How to make pain perdu like a New Orleans native

BY PATSY R. BRUMFIELD – THE SOUTHFACIN’ COOK   

Patsy R. Brumfield The Southfacin' Cook

Patsy R. Brumfield
The Southfacin’ Cook

“Pain Perdu” means “lost bread,” which in this case is from a loaf of French bread. (Typing a pronunciation is a little difficult to spell out other than “pan” has a short “a” like in “bran” but you come off the “n” pretty quickly. Perdu – first syllable is like the first in berry, and second syllable is the strong emphasis, “dew.” I’m sure that explains it.)

My son loves this French toast, so I nearly always make it when he visits. It’s crunchy on the outside and soft, custardy inside. Top with a little butter and powered sugar and add some fresh sliced strawberries – ooh, la la!

EQUIPMENT

  • griddle (electric or stovetop),
  • medium bowl
  • shallow casserole dish
  • whisk
  • microplane
  • measuring equipment
  • spatula
  • baking sheet
  • parchment paper
  • cutting board
  • bread knife

INGREDIENTS

how to cook pain perdu like a New Orleans native (photo by Patsy R. Brumfield/The Southfacin' Cook)

how to cook pain perdu like a New Orleans native (photo by Patsy R. Brumfield/The Southfacin’ Cook)

  • 2 eggs
  • 1/4 cup flour
  • 1/2 cup milk
  • 1 cup cream
  • pinch of salt
  • 1 teaspoon vanilla
  • 1 teaspoon cinnamon
  • 1/4 teaspoon grated nutmeg
  • 8 thick slices of day old French bread (staler bread is fine as long as you can slice it)
  • 3 tbsp butter
  • powdered sugar (optional)

LET’S GET STARTED

In your mixing bowl, whisk together flour, salt, cinnamon and nutmeg. Add eggs and whisk into creamy paste.

how to cook pain perdu like a New Orleans native (photo by Patsy R. Brumfield/The Southfacin' Cook)

how to cook pain perdu like a New Orleans native (photo by Patsy R. Brumfield/The Southfacin’ Cook)

Slowly add milk and cream, whisking until lumps are gone.

how to cook pain perdu like a New Orleans native (photo by Patsy R. Brumfield/The Southfacin' Cook)

how to cook pain perdu like a New Orleans native (photo by Patsy R. Brumfield/The Southfacin’ Cook)

On your cutting board, slice bread on the diagonal for larger pieces about 1 1/2 thick. Cut 4 pieces per person. This much custard mixture probably is enough for at least 4-6 servings of this size.

how to cook pain perdu like a New Orleans native (photo by Patsy R. Brumfield/The Southfacin' Cook)

how to cook pain perdu like a New Orleans native (photo by Patsy R. Brumfield/The Southfacin’ Cook)

In your shallow casserole dish, pour custard about 1/2 inch deep. Place bread slices into mixture and let it soak up liquid for 3-4 minutes. Turn and soak for another 3-4 minutes. Use a fork to “feel”  if the liquid’s soaked well. Repeat flip, if you think it needs more liquid.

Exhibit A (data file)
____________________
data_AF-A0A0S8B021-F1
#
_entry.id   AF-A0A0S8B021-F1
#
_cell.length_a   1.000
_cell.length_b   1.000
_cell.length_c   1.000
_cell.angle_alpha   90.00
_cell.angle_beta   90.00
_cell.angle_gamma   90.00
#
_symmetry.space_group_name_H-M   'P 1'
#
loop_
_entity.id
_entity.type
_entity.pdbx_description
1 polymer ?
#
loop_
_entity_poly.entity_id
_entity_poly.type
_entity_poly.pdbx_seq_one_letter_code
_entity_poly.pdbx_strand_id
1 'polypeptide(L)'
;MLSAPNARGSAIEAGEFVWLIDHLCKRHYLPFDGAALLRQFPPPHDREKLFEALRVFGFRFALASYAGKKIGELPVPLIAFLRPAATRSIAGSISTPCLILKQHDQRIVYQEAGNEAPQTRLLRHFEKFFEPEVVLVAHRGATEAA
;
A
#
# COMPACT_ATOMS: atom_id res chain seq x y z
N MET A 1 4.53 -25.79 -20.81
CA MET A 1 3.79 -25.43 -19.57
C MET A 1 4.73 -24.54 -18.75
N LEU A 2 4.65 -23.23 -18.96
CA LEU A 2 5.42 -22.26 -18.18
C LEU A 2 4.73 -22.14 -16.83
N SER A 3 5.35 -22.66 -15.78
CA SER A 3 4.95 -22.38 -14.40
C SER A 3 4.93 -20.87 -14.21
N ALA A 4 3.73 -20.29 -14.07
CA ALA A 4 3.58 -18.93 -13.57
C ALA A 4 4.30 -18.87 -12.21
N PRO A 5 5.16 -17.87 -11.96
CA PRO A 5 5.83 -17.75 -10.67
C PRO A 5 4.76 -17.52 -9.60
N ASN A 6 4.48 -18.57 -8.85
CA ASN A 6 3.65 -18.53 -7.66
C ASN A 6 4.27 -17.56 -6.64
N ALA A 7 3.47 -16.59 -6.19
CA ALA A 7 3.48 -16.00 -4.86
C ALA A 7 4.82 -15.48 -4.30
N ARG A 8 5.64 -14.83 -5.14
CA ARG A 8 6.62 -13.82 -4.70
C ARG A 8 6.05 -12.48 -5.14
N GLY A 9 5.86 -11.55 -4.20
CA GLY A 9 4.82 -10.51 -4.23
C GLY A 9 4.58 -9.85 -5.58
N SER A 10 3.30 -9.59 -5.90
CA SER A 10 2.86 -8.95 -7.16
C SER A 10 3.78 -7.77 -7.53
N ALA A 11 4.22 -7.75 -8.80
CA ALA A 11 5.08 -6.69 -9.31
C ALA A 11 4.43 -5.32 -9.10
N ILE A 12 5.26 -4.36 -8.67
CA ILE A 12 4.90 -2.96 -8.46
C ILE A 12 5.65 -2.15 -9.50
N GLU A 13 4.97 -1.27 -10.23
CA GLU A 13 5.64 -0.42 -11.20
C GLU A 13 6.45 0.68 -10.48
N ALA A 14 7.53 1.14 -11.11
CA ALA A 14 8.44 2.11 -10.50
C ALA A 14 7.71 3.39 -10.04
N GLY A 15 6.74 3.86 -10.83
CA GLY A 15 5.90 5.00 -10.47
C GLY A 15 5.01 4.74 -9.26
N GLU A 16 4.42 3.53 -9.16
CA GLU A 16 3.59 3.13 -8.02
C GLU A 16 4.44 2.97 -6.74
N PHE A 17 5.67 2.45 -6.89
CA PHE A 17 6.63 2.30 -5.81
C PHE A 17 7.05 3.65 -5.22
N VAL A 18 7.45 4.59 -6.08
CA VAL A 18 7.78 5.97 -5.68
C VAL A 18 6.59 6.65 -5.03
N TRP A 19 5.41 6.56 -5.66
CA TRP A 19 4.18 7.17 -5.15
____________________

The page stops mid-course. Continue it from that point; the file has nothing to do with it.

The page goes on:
how to cook pain perdu like a New Orleans native (photo by Patsy R. Brumfield/The Southfacin' Cook)

how to cook pain perdu like a New Orleans native (photo by Patsy R. Brumfield/The Southfacin’ Cook)

With your spatula, place each slice onto a parchment paper lined baking dish to continue absorption about 15 minutes.

how to cook pain perdu like a New Orleans native (photo by Patsy R. Brumfield/The Southfacin' Cook)

how to cook pain perdu like a New Orleans native (photo by Patsy R. Brumfield/The Southfacin’ Cook)

Heat your griddle. When it’s ready, stick a fork into a 1/2 inch slice of cold butter and drag it around to grease the griddle. Place your custard-bread slices onto your griddle with about an inch in between. Grill on medium-high heat about 5 minutes until a nice brown crust has formed. Flip the slices and grill another 5 minutes. That ought to make the slices crusty and cook the custard through the center. (If you want to keep the slices warm until you can serve everybody, heat oven to 200 degrees, put a wire rack on top of a baking dish and hold slices there until they’re all cooked.)

how to cook pain perdu like a New Orleans native (photo by Patsy R. Brumfield/The Southfacin' Cook)

how to cook pain perdu like a New Orleans native (photo by Patsy R. Brumfield/The Southfacin’ Cook)

SERVE:

Place crusty slices on your plate. Add a little more butter on top, if you like, and scatter powdered sugar over the top, along with strawberries. Some folks like syrup on top like pancakes. Whatever your top them with, expect the result to be yummy.

how to cook pain perdu like a New Orleans native (photo by Patsy R. Brumfield/The Southfacin' Cook)

how to cook pain perdu like a New Orleans native (photo by Patsy R. Brumfield/The Southfacin’ Cook)

Come back to NewinNOLA.com every week for “Southfacin’ Cook,” where Patsy explains the basics to Southern cooking and eating. Contact her with suggestions, questions or requests at patsy.brumfield@gmail.com.

Previous recipes from Patsy:

• Hummus
• Gumbo
• Quiche

6 thoughts on “How to make pain perdu like a New Orleans native

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